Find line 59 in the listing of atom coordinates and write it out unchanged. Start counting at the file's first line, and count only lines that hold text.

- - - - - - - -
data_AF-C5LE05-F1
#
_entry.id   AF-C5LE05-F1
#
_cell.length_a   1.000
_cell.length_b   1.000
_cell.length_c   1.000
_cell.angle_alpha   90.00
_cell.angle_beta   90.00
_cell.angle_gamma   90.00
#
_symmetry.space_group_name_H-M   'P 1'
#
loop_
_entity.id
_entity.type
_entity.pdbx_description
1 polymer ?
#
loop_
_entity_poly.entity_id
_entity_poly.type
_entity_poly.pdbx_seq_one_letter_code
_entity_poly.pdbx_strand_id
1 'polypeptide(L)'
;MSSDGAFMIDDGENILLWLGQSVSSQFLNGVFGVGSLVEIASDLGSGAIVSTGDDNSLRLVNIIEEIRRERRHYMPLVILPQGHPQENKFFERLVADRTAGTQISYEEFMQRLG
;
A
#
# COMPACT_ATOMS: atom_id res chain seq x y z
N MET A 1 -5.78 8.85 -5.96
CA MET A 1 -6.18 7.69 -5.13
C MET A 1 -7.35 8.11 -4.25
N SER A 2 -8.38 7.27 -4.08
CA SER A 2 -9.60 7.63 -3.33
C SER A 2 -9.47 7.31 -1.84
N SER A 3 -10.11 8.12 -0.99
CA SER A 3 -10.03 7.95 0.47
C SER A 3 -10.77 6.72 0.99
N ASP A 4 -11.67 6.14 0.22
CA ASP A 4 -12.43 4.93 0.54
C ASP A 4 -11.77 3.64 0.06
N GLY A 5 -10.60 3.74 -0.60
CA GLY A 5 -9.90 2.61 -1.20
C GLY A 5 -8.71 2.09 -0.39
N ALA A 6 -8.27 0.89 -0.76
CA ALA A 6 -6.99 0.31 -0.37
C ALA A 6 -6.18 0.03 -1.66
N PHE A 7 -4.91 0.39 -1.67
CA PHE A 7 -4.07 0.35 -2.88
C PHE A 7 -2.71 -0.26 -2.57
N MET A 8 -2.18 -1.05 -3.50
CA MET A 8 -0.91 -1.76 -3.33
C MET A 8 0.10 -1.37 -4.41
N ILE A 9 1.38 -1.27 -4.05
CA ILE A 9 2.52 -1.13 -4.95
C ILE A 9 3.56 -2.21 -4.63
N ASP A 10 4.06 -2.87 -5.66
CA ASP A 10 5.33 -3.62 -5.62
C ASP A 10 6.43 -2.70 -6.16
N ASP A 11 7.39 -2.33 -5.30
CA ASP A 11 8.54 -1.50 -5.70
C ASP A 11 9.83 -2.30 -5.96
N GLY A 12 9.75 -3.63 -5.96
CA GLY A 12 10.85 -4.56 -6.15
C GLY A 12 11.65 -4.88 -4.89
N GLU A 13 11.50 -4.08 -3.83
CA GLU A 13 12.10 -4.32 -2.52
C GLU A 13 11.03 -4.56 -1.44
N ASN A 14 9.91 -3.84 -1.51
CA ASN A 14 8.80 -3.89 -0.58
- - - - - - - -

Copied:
CA ASP A 10 5.33 -3.62 -5.62